Students, parents prepare for changes as new school year begins
Wake County, the largest school system in the state, has implemented some changes that will have a wide-spread impact.Posted — Updated
Lee Shipman and his son, Jaiden, squeezed out the last bit of summer just before sunset at Pullen Park. He’s one of an expected 158,000 students returning to class in Wake County for the traditional school year Monday morning. Shipman says he feels prepared about what to expect.
“I can say we have been greatly informed about everything that’s going on. Communication is very well with us,” said Shipman.
For students like Houston Taft, who is just starting kindergarten, it’s a clean slate with Wake County schools.
“I am excited [that] I get to meet new people,” said Taft.
Those who have been around for a while remember a few rough starts to the school year in the past.
“Was it last year or the year before, was a really rough start,” said parent of two high school students, Sheri Mello. “My child was actually sitting on the aisle floor because the bus was overcrowded.”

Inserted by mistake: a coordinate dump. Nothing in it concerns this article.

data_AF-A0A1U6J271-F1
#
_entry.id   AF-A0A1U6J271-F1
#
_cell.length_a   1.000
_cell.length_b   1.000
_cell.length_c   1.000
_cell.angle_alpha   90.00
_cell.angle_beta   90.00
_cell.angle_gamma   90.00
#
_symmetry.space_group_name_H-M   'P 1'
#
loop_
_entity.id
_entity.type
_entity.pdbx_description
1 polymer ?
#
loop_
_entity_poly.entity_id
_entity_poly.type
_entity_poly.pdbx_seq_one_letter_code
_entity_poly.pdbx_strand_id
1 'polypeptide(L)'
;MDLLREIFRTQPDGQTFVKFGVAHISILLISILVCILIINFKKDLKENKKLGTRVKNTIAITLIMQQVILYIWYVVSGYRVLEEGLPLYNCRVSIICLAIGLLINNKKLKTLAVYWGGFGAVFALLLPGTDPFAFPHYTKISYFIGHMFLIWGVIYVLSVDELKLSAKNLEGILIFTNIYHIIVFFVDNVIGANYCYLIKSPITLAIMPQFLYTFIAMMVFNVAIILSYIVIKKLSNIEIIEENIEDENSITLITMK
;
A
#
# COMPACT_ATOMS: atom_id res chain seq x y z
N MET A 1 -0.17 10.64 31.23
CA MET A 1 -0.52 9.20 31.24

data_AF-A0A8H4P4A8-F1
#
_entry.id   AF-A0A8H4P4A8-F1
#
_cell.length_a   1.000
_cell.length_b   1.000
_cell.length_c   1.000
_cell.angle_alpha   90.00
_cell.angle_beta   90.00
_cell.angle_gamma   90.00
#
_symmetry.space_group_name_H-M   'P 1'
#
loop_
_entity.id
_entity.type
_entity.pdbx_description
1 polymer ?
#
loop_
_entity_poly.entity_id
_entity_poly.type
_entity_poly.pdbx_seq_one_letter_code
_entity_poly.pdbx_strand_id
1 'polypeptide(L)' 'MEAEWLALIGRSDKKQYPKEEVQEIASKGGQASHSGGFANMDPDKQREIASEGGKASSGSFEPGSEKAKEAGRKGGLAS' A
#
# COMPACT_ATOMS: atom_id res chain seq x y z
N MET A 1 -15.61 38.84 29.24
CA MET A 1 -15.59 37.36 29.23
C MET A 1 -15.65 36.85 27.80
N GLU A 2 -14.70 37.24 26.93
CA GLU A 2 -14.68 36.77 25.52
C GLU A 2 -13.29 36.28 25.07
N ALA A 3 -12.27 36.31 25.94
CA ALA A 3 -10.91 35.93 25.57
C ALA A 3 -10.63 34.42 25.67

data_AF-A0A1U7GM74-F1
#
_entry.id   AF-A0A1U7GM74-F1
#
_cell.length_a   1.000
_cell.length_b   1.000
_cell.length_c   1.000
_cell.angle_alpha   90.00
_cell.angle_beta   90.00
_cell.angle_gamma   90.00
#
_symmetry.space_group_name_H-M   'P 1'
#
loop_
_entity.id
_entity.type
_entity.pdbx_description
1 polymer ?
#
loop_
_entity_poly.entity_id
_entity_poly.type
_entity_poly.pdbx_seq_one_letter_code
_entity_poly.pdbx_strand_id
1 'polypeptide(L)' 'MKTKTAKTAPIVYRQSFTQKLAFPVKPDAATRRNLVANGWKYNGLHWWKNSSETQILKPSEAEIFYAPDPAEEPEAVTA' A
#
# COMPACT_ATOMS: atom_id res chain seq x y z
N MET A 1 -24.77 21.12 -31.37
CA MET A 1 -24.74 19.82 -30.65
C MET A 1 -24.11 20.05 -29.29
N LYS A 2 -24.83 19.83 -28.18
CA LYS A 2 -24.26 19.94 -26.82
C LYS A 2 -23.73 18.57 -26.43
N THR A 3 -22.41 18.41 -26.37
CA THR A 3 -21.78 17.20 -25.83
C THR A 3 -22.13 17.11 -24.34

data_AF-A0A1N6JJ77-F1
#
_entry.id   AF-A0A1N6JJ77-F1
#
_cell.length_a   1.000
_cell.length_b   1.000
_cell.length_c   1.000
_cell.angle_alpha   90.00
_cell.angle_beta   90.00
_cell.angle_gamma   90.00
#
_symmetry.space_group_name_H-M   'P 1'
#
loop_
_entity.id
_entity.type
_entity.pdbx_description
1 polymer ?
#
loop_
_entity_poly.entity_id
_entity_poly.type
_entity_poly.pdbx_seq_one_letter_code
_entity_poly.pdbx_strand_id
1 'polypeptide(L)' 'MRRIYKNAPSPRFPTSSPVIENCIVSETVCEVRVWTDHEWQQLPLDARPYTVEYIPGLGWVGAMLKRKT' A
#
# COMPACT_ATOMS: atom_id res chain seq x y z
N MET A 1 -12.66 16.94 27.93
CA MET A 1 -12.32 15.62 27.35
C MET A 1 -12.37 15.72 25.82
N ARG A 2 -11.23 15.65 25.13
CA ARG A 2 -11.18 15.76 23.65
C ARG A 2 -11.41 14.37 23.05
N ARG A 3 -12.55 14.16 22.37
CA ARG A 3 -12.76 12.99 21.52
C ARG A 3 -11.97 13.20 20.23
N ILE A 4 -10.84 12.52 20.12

This year, new safety procedures give bus drivers more control during the boarding process with a switch allowing them to check traffic before opening doors and extending the crossing guard.
Also expected to change is the grading system for middle school and high school students. It will now be calculated on a ten-point scale.
As expected, there are still a few kinks to work out, including 100 teacher vacancies throughout the district.
“I’m pretty confident in Wake County schools. We’ve had that in the past,” said Mello. “I’ve had the experience of my child not having a teacher, but they surely find somebody quick.”
Even with 100 positions not filled, the district says that it still has 99 percent of its staff covered, which is better than in previous years. Vacant positions will be covered by substitute teachers.
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